“These breaches come at a time when support workers continue to risk their own wellbeing, often without adequate PPE, and go out day after day into the homes of New Zealand’s most vulnerable people”, says E tū Organising Director Kirsty McCully.

“Support workers are lifelines to our elderly people, those with disabilities or long term conditions. Despite weeks of government promises they still do not have reliable access to PPE, and on top of all that they now wake up to empty bank accounts. When will it end?”

The unions stand together and call on employers in the sector to urgently fix the situation and pay workers what they are owed.

“We are beyond disappointed to see employers breach their agreements with our members, forcing them into financial hardship at the worst possible time. While so many of us stay home over the long weekend, these workers will go from house to house putting themselves at risk to help others,” says PSA Assistant National Secretary Melissa Woolley. 

“Home support workers may only be guaranteed five hours a week, but routinely work forty or more. Some have now been sent home because of compromised immune systems, and are only being paid for their few guaranteed hours instead of the full time hours they normally work.”

The issue will be raised directly and firmly with all employers and relevant government agencies.

“Support workers have already used up every piece of goodwill they have left in order convincing themselves to continue to come to work in situations where they don’t have adequate PPE to protect themselves and their clients”, says Kirsty McCully.

“Today alone I’ve had 20 support workers come to me and say this is the final straw and they’re quitting the sector for good. They feel disrespected and used. It’s not good enough for those in caring professions to have their dedication to client care taken advantage of.”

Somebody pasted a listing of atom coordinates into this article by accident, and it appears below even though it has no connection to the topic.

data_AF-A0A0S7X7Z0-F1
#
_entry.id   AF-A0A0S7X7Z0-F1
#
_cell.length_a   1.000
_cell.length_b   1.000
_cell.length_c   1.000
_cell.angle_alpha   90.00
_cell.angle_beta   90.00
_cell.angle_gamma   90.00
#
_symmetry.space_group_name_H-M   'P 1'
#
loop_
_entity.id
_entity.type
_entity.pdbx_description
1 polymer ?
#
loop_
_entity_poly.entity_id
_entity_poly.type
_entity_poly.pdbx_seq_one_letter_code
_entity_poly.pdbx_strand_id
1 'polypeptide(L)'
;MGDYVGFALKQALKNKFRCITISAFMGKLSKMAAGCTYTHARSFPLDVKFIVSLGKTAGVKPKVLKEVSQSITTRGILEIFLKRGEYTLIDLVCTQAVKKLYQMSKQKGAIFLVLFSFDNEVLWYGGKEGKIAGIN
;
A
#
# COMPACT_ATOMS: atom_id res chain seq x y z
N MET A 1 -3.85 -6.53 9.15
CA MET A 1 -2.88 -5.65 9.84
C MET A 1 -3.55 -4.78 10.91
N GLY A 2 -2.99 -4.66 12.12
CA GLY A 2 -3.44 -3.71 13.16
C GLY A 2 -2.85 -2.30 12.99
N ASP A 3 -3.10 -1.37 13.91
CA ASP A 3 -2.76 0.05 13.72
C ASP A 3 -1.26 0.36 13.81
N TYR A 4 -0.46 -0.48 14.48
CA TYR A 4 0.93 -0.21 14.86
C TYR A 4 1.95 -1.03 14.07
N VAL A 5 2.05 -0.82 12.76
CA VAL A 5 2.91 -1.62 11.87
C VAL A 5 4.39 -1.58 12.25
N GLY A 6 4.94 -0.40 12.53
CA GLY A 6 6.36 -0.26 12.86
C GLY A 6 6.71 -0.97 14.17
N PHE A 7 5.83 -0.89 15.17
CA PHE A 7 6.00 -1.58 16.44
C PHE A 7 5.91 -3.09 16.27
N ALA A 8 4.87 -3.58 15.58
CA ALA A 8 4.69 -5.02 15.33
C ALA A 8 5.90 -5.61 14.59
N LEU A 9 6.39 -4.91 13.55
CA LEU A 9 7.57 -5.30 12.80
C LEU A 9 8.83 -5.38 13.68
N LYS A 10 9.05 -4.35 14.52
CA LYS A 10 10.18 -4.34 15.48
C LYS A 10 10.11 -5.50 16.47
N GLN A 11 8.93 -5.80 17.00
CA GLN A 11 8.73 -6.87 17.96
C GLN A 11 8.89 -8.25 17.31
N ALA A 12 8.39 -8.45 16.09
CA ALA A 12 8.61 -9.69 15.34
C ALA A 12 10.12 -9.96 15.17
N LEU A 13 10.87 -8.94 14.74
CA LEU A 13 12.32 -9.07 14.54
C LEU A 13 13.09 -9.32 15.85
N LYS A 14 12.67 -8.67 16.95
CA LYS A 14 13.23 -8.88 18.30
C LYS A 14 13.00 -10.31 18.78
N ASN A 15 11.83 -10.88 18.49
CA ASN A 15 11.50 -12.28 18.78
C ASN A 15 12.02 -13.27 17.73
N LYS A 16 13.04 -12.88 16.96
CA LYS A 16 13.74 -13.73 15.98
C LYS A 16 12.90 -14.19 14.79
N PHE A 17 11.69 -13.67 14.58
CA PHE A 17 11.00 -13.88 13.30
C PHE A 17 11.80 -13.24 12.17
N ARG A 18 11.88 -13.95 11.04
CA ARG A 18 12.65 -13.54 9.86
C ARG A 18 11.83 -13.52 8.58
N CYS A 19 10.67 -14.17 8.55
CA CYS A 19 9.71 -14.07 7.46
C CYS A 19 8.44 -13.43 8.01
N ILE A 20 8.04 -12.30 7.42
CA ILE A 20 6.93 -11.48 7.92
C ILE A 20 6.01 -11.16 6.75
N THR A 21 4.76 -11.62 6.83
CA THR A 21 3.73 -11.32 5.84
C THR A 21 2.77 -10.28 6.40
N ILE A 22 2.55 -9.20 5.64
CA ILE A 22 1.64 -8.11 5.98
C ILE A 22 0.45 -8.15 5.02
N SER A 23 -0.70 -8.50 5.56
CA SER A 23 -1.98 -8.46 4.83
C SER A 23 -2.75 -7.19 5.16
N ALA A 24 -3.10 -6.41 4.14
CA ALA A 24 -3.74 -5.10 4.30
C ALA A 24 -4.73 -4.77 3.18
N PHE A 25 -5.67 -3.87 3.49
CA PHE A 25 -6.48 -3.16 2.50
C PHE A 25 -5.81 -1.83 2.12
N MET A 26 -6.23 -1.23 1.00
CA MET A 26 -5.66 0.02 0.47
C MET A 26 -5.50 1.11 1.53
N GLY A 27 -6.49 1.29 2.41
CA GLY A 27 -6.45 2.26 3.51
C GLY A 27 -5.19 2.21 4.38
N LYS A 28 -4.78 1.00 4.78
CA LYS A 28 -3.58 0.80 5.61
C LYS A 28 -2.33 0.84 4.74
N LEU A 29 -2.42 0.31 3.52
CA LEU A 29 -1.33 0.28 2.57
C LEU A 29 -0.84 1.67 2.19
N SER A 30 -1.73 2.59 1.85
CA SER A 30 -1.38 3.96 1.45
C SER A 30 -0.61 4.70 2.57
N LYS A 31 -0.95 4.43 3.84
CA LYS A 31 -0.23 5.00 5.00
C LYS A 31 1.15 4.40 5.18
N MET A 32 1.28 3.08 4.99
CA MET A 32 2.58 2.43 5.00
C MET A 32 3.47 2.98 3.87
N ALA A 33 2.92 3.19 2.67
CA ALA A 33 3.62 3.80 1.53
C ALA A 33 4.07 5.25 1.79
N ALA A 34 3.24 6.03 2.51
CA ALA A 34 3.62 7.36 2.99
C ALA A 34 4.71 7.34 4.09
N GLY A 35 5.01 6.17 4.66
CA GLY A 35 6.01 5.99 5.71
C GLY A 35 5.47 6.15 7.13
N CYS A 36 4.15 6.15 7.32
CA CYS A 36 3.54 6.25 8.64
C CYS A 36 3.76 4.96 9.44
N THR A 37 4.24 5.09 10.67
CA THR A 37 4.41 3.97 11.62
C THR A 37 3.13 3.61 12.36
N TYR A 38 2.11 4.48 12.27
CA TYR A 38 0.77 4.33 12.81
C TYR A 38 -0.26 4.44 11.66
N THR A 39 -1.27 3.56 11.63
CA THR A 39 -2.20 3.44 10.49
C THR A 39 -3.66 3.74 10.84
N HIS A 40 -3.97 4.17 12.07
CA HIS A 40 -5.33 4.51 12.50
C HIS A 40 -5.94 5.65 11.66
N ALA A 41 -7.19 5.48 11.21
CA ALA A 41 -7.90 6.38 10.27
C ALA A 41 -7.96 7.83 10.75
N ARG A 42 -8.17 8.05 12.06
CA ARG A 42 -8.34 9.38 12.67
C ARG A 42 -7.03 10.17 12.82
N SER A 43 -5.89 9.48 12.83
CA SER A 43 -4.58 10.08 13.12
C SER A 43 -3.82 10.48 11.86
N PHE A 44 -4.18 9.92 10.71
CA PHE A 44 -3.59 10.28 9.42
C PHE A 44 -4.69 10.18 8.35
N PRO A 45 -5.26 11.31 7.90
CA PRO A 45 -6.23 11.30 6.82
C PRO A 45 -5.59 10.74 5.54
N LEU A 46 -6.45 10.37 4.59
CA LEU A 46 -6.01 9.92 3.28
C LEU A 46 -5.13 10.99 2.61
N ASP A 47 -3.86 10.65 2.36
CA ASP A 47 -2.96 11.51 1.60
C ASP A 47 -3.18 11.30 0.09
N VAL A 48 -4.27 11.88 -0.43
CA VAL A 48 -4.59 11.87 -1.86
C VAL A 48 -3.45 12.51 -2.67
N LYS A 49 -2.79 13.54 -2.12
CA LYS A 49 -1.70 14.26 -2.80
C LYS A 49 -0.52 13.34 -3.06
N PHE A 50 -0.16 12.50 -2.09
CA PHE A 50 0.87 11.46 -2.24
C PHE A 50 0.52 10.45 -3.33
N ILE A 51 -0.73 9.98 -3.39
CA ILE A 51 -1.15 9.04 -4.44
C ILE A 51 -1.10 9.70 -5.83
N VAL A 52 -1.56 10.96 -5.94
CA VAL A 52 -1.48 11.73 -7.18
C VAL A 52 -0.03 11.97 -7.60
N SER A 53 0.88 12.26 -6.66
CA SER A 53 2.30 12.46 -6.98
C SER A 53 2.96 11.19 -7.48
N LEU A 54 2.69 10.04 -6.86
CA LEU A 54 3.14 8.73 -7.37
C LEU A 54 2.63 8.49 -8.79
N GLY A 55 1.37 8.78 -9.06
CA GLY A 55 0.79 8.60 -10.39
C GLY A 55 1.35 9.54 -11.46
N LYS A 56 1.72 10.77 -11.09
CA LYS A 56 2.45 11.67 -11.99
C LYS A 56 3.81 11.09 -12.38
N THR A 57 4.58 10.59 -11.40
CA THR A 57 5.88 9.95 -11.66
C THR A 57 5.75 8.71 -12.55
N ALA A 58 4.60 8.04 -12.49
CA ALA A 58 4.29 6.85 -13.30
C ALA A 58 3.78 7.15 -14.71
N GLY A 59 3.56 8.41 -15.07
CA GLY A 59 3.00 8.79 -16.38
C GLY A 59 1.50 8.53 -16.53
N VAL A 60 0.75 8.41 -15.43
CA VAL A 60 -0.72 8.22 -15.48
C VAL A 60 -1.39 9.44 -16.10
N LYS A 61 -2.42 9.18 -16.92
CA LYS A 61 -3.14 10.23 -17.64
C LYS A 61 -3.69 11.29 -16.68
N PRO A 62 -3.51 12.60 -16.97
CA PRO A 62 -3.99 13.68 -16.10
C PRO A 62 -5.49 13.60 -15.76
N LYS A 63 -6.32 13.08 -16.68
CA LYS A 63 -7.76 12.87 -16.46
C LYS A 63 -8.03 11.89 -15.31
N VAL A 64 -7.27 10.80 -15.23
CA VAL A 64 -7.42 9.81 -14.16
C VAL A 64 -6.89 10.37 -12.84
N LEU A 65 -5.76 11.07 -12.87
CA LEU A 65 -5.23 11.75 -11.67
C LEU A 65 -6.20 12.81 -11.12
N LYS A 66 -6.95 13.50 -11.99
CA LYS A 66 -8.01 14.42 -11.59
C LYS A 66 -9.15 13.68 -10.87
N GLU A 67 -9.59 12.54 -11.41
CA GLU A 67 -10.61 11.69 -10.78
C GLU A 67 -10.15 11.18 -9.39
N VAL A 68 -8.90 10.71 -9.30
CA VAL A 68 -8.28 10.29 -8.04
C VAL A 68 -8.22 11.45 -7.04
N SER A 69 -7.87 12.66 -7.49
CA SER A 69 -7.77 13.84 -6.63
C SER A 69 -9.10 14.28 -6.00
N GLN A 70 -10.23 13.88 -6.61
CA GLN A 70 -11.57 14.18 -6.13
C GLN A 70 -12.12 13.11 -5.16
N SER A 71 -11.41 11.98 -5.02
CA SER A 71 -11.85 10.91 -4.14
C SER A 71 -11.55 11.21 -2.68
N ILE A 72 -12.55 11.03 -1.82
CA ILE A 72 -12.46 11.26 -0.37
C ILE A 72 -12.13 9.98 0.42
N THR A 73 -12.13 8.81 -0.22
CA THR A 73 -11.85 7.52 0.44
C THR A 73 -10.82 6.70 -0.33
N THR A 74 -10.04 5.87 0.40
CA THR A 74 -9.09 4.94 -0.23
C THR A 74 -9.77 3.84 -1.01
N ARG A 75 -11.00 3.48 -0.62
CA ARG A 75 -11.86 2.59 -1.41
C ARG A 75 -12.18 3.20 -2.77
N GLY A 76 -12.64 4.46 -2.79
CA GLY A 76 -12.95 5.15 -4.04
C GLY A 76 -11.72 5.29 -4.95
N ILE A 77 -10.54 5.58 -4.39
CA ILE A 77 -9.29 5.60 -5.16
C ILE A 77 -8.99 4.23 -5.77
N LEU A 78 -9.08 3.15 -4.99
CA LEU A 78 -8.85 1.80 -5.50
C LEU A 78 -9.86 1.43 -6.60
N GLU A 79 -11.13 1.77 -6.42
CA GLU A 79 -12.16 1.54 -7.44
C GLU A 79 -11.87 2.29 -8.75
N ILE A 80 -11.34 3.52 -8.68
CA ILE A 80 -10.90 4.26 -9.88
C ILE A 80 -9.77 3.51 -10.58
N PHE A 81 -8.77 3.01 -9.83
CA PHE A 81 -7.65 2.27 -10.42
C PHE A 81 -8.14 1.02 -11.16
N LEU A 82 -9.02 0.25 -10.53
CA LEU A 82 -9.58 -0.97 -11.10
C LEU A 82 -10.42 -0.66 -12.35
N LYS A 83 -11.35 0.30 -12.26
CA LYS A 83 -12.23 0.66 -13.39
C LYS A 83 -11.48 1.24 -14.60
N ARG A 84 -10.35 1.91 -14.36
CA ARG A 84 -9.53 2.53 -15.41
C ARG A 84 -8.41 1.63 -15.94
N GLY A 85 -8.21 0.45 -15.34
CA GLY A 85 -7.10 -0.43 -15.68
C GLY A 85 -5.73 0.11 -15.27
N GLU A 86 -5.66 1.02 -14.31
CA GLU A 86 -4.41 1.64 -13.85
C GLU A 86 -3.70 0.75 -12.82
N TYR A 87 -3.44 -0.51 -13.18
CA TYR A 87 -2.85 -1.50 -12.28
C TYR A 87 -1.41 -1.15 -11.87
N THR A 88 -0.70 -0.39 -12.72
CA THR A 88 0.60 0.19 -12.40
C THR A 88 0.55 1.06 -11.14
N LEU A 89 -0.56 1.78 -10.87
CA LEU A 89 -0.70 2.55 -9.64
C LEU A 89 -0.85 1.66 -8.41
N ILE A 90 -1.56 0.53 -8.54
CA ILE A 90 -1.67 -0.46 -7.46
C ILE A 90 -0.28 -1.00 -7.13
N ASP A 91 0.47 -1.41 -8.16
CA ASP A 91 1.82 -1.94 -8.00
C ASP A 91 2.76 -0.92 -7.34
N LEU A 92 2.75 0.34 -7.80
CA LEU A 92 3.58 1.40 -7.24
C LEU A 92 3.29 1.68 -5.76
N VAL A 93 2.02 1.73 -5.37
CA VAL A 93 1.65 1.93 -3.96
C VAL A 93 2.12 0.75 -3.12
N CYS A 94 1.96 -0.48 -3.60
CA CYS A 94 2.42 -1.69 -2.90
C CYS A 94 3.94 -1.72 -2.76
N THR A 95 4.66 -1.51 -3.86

The unions encourage workers to stand up to mistreatment and take whatever steps are necessary to protect their safety.

“Support workers have had enough. In recent years we have won equal pay settlements and guaranteed hours, but at every turn those higher up the chain try to undermine these advances and give workers less than they deserve,” says Melissa Woolley.

“Our members just want to look after those in need in a safe environment and get paid for their work. We have advised our members to defer unsafe work until their employers provide adequate PPE. It’s up to employers and government to make this right.”

ENDS

E tū member tells Phil Goff that cleaners are worth 100%

While directly employed non-essential Auckland Council staff are staying at home to save lives on 100% pay, some of their lowest paid colleagues are not so lucky.

Malia Lagi, a cleaner at an Auckland Council recreation centre that is currently closed, has taken a 20% pay cut, taking her pay for the hours she normally works to well below the minimum wage.

Malia usually has to work over 60 hours a week just to make ends meet.

With her partner also off work with just 80% of his wages, the lockdown is hitting them and their six kids very hard.

“I’m very worried that we’ll get behind on everything. Rent, power, water, and especially food – I want to buy healthy food like fruit and veges for my family my it’s too expensive now,” Malia says.

“I went to Mangere Pak’nSave yesterday and was in the queue for more than an hour. All the meat was gone except for the most expensive stuff, and I couldn’t afford that. So I had to leave with no meat, which my family was very sad about.

“Three of my kids are at uni. All they can do is study and eat. It’s really tough for the whole family.”

Malia attended Auckland Mayor Phil Goff’s election campaign launch last year and calls for him to intervene.